ST. PETERSBURG, Fla. -- On Thursday, St. Petersburg became one of 25 cities in the nation to win a $2.5 million award aimed at battling climate change.
The Bloomberg American Cities Climate Change Challenge helps cities which have taken progressive steps toward reducing their carbon footprint.
Media magnate, former New York mayor and philanthropist Michael Bloomberg made the announcement in St. Petersburg’s Albert Whitted Park. The prize is designed to accelerate cities’ commitments to battling climate change.
Bloomberg said St. Pete was recognized for its progressiveness “and confidence that there’s leadership here. You don’t want to give your money to a city where they’re not gonna follow through.”
“We have limited resources,” said Kriseman, “And having resources from the outside to help us is really going to make a big difference.”
St. Pete’s agenda is somewhat self-serving. Rising sea levels threaten neighborhoods like the city’s Shore Acres, which can already go underwater in a heavy rainstorm.
“Mayors can’t really afford to ignore the risk of climate change, because their constituents are already feeling the effects,” said Bloomberg.
The $2.5 million dollars is not a cash prize. It includes a full-time employee dedicated to St. Petersburg for two years and access to the Bloomberg organization’s worldwide expertise and resources.
So how will that impact us? Here’s some of that you can expect to see.
The city wants to encourage more electric vehicle use, so look for more charging stations and increased accessibility.
That would be just fine for drivers like Diana Vitrano, who was charging her Toyota Prius along Beach Drive. The more convenient it becomes, she says, the more drivers will adopt the more fuel-efficient options.
“It will make it easier for all of us to travel using less gas and helping with the environment,” said Vitrano.
You can also expect to see more energy-efficient buses running between downtown and the beaches. That way, residents and tourists like Carla and Brian Cichon, visiting from Michigan, can leave their own vehicle behind.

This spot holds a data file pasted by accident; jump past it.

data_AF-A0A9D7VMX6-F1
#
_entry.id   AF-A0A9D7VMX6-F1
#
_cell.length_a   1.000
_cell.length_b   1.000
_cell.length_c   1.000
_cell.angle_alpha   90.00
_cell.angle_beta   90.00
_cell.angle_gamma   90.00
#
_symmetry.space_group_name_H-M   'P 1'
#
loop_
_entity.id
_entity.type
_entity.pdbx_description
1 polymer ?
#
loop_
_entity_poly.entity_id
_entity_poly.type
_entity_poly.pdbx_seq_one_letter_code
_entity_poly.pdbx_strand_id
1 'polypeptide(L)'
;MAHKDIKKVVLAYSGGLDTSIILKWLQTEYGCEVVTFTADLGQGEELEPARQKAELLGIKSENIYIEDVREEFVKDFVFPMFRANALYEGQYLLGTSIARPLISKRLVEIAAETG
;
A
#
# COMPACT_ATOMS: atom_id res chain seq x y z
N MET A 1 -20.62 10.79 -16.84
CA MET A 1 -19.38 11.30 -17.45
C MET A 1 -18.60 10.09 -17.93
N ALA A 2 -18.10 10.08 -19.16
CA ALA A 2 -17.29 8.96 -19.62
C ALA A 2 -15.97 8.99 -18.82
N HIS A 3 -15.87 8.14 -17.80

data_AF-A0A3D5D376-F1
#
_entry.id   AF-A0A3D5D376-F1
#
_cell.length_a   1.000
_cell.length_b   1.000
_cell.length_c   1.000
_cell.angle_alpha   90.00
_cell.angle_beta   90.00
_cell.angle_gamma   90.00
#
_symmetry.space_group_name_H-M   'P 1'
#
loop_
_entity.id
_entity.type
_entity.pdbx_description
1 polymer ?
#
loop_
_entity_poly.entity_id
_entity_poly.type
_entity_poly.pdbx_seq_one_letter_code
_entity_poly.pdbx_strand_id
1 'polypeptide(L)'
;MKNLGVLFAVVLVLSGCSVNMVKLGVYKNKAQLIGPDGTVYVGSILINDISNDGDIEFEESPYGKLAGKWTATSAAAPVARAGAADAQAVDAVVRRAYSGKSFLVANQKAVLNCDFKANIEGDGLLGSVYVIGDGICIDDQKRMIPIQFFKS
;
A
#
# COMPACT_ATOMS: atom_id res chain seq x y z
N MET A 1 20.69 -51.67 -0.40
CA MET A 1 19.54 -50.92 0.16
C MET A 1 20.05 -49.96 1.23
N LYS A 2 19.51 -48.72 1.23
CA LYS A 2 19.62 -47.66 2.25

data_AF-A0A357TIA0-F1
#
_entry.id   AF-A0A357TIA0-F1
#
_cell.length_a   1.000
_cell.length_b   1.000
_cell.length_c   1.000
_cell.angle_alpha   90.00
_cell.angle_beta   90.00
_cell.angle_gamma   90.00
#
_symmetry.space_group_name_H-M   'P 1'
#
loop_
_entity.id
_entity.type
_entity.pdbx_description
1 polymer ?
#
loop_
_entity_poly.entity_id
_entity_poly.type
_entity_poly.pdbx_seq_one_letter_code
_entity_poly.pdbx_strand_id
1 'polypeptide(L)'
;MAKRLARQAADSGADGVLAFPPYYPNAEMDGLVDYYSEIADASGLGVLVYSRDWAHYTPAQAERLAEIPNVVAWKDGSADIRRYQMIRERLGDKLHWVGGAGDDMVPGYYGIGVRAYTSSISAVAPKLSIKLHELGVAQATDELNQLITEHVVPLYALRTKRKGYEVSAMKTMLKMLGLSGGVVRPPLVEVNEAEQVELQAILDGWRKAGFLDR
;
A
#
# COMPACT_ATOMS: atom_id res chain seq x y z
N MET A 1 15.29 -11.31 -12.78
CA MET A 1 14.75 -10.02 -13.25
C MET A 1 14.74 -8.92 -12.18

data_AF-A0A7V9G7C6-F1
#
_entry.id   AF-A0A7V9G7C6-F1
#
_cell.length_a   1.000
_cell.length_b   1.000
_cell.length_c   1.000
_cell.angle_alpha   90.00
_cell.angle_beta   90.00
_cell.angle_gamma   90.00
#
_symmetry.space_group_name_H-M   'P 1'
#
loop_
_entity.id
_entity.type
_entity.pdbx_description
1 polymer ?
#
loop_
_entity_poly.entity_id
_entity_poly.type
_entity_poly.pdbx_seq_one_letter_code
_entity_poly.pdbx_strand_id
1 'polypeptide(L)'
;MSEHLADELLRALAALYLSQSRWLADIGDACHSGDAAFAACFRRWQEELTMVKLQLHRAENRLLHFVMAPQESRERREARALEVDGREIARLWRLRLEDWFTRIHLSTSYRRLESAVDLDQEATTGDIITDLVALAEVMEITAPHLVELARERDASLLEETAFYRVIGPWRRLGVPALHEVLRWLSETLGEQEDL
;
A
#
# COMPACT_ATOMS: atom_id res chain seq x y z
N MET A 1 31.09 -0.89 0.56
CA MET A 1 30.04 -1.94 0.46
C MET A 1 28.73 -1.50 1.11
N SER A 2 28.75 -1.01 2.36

“We parked our car, that’s it,” said Brian. “We don’t use it again until we check out. And that’s the way we usually do things.”
The city is also putting its own money where its mouth is.
St. Petersburg has been working to place energy-efficient lightbulbs in its offices and street lamps.
The city is also adding solar panels to municipal buildings like the new Police Headquarters.
Expect to see, with help from Bloomberg’s organization, an educational campaign encouraging homeowners to take advantage of affordable financing for solar panels and energy-efficient AC units.
“I’m very interested. I would certainly like to hear and talk with people to see what the numbers come out to be,” said St. Petersburg resident Karen Frusher. “Because, I’m certainly philosophically committed to the idea of renewable energy.”
The city hopes the climate challenge award is a gift that keeps on giving by placing savings from energy efficiencies back into a budget to fund even more programs, and in doing so, keep the city on a path to a sustainable future.
Originally the Bloomberg American Cities Climate challenge had planned to award 20 cities, but with so many - including St. Petersburg - showing a real commitment, they expanded the number to 25.
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